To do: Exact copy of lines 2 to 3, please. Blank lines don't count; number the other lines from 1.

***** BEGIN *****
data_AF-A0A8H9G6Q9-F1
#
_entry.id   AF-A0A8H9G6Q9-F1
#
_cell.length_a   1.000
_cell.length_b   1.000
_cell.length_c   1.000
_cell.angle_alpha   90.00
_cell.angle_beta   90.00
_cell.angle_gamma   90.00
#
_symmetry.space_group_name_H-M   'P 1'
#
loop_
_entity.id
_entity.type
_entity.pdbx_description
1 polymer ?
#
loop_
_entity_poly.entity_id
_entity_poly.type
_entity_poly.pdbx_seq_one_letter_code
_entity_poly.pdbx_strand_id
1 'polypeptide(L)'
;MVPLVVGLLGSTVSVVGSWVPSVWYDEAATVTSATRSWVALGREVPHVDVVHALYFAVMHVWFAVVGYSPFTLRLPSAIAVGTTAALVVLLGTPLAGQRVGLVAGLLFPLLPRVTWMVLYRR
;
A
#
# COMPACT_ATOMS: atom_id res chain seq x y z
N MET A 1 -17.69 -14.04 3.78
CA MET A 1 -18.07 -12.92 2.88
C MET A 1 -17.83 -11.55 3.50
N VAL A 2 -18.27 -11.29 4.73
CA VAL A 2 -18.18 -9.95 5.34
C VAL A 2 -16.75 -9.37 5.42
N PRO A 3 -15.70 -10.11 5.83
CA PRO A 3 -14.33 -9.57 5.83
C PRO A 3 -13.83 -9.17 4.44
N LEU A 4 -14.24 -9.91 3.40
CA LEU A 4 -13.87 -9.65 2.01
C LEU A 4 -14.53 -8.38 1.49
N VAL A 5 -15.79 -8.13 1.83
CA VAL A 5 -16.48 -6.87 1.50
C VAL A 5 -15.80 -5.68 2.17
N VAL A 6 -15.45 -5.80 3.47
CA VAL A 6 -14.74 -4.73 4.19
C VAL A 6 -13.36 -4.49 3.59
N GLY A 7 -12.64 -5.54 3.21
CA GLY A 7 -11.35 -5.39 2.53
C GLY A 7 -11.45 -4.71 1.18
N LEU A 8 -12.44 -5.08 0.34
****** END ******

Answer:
#
_entry.id   AF-A0A8H9G6Q9-F1